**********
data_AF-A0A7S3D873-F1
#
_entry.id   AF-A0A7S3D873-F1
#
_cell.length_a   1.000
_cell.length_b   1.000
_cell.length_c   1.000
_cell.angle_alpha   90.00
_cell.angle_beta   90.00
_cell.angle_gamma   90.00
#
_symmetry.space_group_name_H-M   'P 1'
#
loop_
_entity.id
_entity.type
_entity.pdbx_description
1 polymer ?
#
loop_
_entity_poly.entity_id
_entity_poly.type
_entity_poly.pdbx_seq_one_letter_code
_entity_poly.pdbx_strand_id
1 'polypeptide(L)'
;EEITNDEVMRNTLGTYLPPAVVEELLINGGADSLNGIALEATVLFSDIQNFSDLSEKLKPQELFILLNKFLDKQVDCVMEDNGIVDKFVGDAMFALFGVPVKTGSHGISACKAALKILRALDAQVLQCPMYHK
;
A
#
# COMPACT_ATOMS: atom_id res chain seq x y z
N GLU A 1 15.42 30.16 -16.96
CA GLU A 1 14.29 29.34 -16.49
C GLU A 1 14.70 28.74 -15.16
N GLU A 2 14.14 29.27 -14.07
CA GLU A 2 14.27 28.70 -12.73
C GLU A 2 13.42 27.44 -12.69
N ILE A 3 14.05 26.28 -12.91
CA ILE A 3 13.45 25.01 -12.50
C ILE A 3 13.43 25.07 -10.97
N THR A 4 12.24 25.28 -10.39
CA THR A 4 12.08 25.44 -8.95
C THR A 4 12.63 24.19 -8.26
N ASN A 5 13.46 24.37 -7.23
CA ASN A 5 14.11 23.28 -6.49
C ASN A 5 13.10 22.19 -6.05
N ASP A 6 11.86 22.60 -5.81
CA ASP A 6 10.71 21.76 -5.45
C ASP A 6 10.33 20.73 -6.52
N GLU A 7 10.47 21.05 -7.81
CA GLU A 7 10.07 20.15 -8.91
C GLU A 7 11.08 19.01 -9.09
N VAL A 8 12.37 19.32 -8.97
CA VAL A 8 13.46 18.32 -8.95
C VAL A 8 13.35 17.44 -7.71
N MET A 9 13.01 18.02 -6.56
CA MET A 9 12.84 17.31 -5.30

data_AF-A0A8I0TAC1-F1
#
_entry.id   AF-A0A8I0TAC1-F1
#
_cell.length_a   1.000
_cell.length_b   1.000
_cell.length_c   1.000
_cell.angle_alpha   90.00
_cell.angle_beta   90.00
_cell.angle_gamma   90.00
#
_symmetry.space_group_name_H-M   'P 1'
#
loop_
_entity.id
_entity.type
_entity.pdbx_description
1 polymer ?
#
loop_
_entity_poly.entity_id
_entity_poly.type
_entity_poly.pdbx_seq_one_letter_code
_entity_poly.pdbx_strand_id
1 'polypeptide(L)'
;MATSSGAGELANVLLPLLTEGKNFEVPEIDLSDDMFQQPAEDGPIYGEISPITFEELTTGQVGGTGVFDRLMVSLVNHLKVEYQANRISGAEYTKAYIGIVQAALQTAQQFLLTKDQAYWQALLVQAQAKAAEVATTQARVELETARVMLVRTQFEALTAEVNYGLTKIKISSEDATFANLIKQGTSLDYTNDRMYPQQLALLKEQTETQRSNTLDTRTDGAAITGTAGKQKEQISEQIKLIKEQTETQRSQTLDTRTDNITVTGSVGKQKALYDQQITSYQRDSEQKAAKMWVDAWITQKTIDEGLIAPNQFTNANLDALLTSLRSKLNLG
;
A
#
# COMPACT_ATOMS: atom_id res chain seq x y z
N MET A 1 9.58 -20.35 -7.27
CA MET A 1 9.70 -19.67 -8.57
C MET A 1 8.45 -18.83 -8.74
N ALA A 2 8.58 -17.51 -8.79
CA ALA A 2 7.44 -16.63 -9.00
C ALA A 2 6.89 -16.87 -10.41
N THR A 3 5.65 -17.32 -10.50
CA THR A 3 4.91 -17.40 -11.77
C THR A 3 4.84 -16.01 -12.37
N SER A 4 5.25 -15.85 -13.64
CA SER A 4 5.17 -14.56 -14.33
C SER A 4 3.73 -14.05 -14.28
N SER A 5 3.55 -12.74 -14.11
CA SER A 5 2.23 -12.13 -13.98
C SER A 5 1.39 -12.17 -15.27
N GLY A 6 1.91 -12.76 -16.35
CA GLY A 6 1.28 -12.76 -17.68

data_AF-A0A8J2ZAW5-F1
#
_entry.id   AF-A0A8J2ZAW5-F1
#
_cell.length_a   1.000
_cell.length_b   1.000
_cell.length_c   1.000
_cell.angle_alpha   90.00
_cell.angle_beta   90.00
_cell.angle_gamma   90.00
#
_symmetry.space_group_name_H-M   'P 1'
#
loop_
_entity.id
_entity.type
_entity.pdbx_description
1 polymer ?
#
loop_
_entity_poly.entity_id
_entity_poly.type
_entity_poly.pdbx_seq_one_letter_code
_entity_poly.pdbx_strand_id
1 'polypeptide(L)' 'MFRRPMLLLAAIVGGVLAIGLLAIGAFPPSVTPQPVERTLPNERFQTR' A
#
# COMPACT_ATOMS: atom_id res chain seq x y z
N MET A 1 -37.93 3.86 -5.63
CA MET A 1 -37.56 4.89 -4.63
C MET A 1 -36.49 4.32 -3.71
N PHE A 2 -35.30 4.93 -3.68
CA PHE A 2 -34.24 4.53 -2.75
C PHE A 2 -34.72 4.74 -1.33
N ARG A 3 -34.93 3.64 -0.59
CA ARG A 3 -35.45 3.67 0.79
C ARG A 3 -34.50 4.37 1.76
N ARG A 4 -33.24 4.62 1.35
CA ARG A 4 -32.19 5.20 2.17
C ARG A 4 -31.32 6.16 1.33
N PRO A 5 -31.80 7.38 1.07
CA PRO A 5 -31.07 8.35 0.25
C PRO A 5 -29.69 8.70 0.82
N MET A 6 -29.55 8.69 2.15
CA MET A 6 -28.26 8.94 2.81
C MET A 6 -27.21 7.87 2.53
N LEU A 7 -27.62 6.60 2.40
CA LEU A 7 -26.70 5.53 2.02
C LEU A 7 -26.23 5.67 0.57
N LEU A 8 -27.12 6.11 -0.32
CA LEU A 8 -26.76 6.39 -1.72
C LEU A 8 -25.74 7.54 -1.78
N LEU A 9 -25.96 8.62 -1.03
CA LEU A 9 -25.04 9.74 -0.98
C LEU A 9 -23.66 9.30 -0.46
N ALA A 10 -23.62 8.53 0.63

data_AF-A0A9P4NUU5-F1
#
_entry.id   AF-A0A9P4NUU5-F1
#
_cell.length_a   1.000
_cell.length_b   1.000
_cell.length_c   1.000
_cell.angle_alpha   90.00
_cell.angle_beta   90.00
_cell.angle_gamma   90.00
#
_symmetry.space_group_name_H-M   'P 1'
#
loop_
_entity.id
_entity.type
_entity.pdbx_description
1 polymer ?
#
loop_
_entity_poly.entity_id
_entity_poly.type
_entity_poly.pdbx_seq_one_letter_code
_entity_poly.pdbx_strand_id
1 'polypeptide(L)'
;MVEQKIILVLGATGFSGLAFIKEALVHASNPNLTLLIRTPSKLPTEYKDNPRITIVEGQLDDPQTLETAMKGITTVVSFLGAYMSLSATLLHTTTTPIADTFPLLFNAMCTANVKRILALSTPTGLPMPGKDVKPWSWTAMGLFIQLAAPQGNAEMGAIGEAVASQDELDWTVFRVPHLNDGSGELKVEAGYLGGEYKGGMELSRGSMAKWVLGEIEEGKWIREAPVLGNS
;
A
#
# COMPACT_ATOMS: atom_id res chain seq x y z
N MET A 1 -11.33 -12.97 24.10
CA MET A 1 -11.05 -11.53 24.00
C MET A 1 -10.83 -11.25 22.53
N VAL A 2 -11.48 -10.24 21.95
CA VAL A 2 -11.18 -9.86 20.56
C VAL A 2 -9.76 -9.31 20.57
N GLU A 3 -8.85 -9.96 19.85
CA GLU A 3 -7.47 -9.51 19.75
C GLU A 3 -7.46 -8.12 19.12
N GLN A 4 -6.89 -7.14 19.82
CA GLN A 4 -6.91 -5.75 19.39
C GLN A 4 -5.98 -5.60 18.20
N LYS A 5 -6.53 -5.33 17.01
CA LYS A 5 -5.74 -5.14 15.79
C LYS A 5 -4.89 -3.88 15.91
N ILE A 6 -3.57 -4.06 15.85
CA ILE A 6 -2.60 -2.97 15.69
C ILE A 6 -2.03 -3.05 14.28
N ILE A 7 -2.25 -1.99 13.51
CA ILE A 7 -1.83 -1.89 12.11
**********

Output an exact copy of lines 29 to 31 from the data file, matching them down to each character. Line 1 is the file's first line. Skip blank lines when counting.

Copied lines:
#
# COMPACT_ATOMS: atom_id res chain seq x y z
N GLU A 1 15.42 30.16 -16.96